Why are software companies valuable? In other words, why have we spent so many years valuing software companies using revenue multiples, rather than the earnings multiples common in other industries?
There are several important reasons. First, software companies have very strong gross margins; software is cheap to sell once you’ve written the code. Second, and more to the point today, is the fact that modern software companies are set up to sell more of their product to existing customers over time.
This is often achieved by selling more seats (individual use licenses) to existing accounts or, in the case of on-demand pricing, more aggregate usage of a service over time. Regardless of the method, the point is that software companies today see limited gross churn (customers dropping their contracts) and positive net dollar retention (selling more products to existing customers over time).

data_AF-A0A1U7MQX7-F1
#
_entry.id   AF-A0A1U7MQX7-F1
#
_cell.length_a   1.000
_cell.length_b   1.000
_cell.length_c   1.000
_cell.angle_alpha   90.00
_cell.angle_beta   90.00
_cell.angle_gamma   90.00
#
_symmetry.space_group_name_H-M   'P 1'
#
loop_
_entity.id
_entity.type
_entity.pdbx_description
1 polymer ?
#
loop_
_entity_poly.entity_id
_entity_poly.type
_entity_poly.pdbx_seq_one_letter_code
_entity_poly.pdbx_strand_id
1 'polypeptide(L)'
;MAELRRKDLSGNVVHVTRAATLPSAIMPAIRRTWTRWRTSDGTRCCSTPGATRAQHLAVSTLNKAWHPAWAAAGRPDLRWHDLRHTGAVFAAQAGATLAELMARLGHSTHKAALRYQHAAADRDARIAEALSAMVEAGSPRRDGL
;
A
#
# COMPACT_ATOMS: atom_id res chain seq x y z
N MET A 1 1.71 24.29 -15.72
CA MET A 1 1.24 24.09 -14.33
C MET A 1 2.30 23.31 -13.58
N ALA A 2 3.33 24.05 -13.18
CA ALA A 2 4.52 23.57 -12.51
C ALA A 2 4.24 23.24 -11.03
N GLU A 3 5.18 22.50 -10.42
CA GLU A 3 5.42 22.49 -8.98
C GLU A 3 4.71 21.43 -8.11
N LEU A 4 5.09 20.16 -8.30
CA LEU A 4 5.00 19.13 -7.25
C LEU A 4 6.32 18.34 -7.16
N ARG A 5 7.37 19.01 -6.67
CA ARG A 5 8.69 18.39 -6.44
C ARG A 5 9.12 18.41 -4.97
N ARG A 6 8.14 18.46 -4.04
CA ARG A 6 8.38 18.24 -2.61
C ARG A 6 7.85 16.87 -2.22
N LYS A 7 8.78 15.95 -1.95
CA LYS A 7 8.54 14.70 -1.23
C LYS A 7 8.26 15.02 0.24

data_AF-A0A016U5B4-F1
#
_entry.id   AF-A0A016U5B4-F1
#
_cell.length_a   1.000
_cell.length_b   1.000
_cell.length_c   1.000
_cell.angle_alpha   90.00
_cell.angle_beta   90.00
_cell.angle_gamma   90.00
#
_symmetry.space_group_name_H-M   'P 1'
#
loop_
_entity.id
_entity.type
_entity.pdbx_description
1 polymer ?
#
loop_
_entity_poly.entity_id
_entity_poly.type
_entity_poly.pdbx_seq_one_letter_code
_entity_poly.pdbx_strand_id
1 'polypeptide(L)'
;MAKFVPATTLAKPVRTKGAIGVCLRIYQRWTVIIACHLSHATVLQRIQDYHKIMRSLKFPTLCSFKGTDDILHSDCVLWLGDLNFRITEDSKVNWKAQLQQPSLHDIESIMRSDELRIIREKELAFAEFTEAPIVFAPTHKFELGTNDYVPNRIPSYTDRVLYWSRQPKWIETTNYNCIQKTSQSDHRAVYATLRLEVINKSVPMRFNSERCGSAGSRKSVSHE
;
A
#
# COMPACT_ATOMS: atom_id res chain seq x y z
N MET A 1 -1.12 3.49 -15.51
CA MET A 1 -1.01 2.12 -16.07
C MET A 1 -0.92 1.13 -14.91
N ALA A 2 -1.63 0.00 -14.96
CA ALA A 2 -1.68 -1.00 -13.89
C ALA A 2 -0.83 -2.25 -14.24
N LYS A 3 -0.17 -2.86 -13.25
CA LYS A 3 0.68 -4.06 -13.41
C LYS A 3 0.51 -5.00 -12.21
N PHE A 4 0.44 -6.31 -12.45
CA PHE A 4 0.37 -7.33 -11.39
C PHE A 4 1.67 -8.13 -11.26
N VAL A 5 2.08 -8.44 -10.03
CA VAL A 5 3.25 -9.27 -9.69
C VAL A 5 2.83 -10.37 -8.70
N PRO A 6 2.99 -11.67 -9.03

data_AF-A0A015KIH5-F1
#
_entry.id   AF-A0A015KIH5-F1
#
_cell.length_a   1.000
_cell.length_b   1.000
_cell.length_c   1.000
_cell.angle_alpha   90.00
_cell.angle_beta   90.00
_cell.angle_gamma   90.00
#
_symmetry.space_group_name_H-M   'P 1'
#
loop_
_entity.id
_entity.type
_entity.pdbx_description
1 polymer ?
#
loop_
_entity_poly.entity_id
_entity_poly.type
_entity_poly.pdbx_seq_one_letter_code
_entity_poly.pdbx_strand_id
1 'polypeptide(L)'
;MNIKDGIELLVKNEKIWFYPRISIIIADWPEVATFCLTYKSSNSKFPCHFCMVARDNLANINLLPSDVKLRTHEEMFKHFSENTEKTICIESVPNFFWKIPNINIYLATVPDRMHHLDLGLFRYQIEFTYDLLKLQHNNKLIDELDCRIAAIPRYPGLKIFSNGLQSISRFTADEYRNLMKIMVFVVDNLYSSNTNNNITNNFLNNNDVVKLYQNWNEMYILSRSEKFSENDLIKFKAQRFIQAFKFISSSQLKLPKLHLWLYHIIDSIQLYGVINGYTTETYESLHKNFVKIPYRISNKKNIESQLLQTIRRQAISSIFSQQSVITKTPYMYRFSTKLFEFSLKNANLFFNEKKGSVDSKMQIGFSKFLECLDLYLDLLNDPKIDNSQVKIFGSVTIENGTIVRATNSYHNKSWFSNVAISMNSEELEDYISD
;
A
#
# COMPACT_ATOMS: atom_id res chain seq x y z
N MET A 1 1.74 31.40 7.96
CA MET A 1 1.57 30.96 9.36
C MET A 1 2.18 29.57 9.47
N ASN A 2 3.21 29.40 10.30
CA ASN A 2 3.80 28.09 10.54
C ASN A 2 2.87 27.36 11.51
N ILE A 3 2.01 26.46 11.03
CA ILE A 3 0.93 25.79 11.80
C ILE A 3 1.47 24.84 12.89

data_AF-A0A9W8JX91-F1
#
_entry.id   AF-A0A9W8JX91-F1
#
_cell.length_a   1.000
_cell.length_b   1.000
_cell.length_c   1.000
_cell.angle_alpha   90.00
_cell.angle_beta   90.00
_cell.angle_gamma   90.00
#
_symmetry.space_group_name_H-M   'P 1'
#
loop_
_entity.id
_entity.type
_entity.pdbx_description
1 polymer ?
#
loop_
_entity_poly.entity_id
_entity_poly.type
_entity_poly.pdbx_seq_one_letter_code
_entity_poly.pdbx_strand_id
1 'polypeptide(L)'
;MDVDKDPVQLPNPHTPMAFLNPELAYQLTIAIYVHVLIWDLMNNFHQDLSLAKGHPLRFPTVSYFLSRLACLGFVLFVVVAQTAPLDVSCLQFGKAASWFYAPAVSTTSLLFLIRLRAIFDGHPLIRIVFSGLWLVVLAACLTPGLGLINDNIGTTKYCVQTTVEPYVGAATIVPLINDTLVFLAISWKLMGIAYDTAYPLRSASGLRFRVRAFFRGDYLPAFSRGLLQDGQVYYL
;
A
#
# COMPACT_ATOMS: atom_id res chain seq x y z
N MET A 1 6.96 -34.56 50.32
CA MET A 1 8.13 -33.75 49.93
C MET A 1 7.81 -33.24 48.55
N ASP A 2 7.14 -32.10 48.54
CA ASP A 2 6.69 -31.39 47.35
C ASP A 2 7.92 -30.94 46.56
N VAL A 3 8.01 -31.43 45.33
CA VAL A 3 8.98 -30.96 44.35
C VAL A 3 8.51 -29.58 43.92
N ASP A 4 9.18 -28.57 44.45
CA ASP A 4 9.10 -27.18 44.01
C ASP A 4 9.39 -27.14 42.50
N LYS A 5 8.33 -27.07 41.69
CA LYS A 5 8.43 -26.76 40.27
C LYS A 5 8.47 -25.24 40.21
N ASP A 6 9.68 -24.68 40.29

The Exchange explores startups, markets and money.
Read it every morning on ukbusinessupdates.com+ or get The Exchange’s newsletter every Saturday.
Net dollar retention (NDR) is essentially gross churn from existing customers plus upsells from the same, measured over a period of time. The resulting metric, measured as a percentage of past sales, helps investors understand how much built-in growth momentum a company has. The greater the net dollar retention a software company has, the more efficient its growth will be (selling more stuff to customers already landed is cheaper than securing net new accounts).
NDR matters, and investors focused on more efficient growth than last year are likely to put more emphasis on the metric. So, what should startups focus on when it comes to NDR results? In fact, do those expectations align with what startups actually report? And who has better net retention, public software companies or their startup rivals?